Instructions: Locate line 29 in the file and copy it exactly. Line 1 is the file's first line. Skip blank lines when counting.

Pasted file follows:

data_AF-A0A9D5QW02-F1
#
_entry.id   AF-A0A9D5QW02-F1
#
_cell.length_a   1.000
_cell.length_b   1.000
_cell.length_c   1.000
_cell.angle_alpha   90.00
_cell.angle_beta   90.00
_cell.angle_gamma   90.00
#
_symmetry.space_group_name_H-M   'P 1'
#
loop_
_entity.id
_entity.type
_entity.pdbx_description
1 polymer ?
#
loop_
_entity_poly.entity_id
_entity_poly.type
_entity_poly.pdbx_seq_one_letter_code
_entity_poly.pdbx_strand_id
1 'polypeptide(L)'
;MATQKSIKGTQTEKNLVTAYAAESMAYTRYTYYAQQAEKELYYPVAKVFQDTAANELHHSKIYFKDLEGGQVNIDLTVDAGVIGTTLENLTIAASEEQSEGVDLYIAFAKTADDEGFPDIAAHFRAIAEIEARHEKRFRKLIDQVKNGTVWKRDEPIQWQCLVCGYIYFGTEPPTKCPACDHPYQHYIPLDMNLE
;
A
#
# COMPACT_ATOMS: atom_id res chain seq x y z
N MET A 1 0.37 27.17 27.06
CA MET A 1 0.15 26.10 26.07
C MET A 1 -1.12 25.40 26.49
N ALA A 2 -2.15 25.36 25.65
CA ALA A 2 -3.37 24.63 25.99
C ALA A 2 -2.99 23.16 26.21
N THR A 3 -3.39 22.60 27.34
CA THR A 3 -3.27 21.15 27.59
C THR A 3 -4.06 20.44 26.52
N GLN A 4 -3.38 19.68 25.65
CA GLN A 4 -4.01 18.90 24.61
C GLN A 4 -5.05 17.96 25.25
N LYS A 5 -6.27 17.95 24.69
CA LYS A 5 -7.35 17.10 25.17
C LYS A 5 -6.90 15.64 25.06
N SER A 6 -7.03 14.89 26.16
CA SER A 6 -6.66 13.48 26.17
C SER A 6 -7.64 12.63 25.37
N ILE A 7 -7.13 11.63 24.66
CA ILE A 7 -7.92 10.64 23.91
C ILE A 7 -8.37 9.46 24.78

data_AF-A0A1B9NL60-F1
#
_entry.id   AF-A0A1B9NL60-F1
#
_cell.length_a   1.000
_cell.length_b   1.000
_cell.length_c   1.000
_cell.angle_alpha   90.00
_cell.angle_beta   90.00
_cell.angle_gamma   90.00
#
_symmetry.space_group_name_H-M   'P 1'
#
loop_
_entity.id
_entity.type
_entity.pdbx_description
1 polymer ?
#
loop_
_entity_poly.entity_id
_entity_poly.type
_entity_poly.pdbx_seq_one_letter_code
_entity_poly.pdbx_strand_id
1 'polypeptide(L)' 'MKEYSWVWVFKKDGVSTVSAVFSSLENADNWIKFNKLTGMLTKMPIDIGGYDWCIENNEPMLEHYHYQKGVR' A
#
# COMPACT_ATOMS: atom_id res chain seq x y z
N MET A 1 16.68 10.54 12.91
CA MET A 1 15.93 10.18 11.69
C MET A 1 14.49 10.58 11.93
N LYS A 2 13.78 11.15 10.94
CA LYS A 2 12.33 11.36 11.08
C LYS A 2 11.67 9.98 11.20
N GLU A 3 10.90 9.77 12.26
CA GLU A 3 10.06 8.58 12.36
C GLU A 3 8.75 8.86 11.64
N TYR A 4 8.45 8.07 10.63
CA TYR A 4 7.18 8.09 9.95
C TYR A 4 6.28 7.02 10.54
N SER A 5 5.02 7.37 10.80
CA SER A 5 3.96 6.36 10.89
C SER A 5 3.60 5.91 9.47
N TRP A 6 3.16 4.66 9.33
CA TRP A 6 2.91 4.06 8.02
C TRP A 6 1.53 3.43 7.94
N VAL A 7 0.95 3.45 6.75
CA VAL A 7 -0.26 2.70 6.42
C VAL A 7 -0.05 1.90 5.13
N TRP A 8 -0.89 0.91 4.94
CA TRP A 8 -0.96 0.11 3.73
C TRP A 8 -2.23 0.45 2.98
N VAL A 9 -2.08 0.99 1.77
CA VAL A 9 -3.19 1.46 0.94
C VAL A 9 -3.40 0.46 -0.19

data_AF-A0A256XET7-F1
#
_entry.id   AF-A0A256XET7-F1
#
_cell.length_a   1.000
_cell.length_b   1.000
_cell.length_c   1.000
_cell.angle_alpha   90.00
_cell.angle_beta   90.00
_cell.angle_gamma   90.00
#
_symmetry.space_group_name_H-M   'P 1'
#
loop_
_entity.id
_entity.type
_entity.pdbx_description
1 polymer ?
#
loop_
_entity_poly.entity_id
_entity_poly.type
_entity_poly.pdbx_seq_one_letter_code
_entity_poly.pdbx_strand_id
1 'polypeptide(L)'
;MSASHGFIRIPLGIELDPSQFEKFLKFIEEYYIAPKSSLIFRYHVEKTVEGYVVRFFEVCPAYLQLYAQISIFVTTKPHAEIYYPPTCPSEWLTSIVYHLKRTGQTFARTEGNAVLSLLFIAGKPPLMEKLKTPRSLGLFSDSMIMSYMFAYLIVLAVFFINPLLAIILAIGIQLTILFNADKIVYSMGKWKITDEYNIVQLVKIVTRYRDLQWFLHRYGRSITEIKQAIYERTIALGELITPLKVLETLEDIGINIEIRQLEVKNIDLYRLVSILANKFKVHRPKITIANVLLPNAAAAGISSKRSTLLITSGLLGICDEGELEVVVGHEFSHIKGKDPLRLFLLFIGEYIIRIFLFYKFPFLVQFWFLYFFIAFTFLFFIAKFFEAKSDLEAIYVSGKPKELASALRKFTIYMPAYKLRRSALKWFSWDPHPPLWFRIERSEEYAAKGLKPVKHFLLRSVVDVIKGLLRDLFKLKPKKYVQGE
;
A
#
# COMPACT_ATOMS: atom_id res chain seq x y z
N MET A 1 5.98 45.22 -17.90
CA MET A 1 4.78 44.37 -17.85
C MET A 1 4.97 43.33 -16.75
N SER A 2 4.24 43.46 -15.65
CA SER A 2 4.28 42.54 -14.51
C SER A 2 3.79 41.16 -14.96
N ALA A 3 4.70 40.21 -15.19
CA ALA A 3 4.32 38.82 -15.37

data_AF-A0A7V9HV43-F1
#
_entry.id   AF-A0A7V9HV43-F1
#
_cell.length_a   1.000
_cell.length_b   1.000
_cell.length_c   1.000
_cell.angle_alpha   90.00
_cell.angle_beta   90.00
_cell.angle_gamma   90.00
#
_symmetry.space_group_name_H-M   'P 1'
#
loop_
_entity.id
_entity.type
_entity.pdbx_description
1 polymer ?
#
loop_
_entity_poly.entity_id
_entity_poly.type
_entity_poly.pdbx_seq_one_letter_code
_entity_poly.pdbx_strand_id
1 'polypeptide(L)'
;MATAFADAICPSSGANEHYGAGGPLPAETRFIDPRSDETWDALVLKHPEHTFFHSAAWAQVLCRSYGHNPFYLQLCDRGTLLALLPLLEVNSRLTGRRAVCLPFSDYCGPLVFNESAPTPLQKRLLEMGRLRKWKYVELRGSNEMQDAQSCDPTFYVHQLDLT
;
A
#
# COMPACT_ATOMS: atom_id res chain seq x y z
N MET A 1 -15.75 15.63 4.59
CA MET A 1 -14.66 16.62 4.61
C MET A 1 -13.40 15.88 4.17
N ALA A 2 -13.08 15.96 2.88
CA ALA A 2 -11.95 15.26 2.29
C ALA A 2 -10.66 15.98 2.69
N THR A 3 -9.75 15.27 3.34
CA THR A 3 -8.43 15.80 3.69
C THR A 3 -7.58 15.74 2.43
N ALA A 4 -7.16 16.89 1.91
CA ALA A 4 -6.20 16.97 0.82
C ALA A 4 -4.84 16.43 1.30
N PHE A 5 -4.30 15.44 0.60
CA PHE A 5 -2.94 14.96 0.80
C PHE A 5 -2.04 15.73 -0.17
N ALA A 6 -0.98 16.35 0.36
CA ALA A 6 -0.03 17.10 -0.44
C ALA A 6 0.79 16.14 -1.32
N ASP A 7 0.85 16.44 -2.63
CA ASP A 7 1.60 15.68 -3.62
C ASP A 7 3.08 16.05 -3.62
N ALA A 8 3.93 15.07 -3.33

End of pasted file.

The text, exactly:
#